Sunday, May 31

Memory & Amyloid

Amyloid is the leading suspect behind Alzheimer's. Scientists know it damages memory by killing brain cells. Now, new research reveals amyloid triggers memory loss in perfectly healthy brain cells, as well. Learn more about how Alzheimer's develops.

A brain protein believed to be a key component in the progress of dementia can cause memory loss in healthy brains even before physical signs of degeneration appear, according to new University of Sussex research.

The study, published in the open access Nature Publishing Group journal Scientific Reports, reveals a direct link between the main culprit of Alzheimer's disease and memory loss.

Alzheimer's disease is characterized by the formation of amyloid plaques in the brain tissue. These amyloid plaques are made up of an insoluble protein, "Amyloid-beta" (Abeta, for short), which forms small structures called "oligomers" that are important in the disease progression.

Although these proteins are known to be involved in Alzheimer's, little is understood about how they lead to the memory loss.

Sussex Neuroscience researchers investigated how Abeta affected healthy brains of pond snails (Lymnaea stagnalis) by observing the effect of administering the protein following a food-reward training task.

The results showed that snails treated with Abeta had significantly impaired memories 24 hours later when tested with the food task, even though their brain tissue showed no sign of damage.

Lead author on the study Lenzie Ford said this demonstrated that Abeta alone is enough to lead to the symptoms of memory loss that are well known in Alzheimer's disease.

She said: "What we observed was that snail brains remained apparently healthy even after the application of the protein. There was no loss of brain tissue, no signs of cell death, no changes in the normal behaviour of the animals, and yet memory was lost.

"This shows that Alzheimer's amyloid proteins don't just affect memory by killing neurons of the brain, they seem to be targeting specific molecular pathways necessary for memories to be preserved."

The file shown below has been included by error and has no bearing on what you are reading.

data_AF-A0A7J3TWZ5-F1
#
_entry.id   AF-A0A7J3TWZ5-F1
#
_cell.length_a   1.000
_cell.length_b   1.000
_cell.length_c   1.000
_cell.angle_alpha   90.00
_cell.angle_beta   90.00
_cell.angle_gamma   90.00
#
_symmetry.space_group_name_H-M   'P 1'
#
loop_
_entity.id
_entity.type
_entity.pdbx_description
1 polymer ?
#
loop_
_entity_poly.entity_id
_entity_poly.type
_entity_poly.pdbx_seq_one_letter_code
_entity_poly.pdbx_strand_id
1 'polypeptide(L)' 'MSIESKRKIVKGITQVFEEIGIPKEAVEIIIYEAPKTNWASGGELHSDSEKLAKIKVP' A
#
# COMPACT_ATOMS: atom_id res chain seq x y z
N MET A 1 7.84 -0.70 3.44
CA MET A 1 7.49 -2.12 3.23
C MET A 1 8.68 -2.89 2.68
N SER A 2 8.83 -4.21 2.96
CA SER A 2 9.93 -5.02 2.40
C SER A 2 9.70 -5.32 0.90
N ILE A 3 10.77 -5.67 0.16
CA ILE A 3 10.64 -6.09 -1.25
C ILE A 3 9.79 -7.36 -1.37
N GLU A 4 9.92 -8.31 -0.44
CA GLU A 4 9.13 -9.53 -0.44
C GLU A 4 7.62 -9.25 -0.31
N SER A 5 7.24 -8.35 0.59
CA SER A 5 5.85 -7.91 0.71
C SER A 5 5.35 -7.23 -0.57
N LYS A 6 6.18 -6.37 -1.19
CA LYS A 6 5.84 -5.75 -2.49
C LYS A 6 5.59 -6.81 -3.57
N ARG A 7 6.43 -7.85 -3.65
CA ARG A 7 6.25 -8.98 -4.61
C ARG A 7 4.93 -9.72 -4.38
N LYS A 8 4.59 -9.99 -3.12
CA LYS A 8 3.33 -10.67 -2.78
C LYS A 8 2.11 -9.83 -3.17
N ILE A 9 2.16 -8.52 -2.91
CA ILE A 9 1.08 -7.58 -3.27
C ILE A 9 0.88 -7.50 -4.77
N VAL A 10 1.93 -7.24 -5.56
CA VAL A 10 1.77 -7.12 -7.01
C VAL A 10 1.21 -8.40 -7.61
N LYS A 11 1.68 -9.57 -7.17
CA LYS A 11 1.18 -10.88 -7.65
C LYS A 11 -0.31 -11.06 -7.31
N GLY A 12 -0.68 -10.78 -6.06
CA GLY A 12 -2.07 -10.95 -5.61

Professor George Kemenes, a Sussex neuroscientist who pioneered a thorough understanding of the molecular mechanisms of learning and memory in the pond snail's nervous system, said: "Because we understand the memory pathways so well, the simple snail brain has provided the ideal model system to enable us to link the loss of established memory to pure Abeta."

The work will provide a platform for a more thorough investigation of the mechanisms and effects on memory pathways that lead to this memory loss.

Professor Serpell, a senior author on the study and co-director of the University of Sussex's Dementia Research Group, said: "It is absolutely essential that we understand how Alzheimer's disease develops in order to find specific targets for therapeutics to combat this disease."


Journal Reference:
  1. Lenzie Ford, Michael Crossley, Thomas Williams, Julian R. Thorpe, Louise C. Serpell & György Kemenes. Effects of Aβ exposure on long-term associative memory and its neuronal mechanisms in a defined neuronal networkScientific Reports, 2015 DOI: 10.1038/srep10614


  1. If someone puts,every day , garbage (betamyloid accumulation) in front of a door of a house (in front of the neurons) it will impairs the owner of the house to enter in it .
    If the owner of the house have some physical impairment (a strong back pain or knee arthritis) or if he is week , without energy ,, the owner of the house will be impaired to remove the garbage from the door, and after a couple weeks ,will have problems with bugs, rats,etc.

    The owner of the house needs help to someone see what is happening "upstreams" , that the "garbage" is accumulating in the "door of the owner of the house".
    Solving the problems "upstreams" (vascular disorders, peroxinitrites accumulation, mitochondrial disorders, that leads to brain energy disorders that drain the energy of the owner of the house to clean by it self from the "garbage")and that leads to accumulation of "garbage"(betamyloid) "downstreams",then, after control the disorders 'upstreams" (that are the same of "downstreams") , then the owner of the house (the brain) , will have the energy to all it own cleaner mechanisms to "clean" the garbage (betamyloid) , by it self.

  2. Continuing :
    In summary, as is well known and proved by scientific update research , betamyloid is Not the cause of AD, and it is most the times related to Normal Brain Aging.But only , sometimes betamyloid in the Lasts Steps of AD , can works as a "toxic witness".
    It is well known and proved by scientfic research too ,, that treating "upstreams' the brain will clean by it self the betamyloid accumulation "downstreams".


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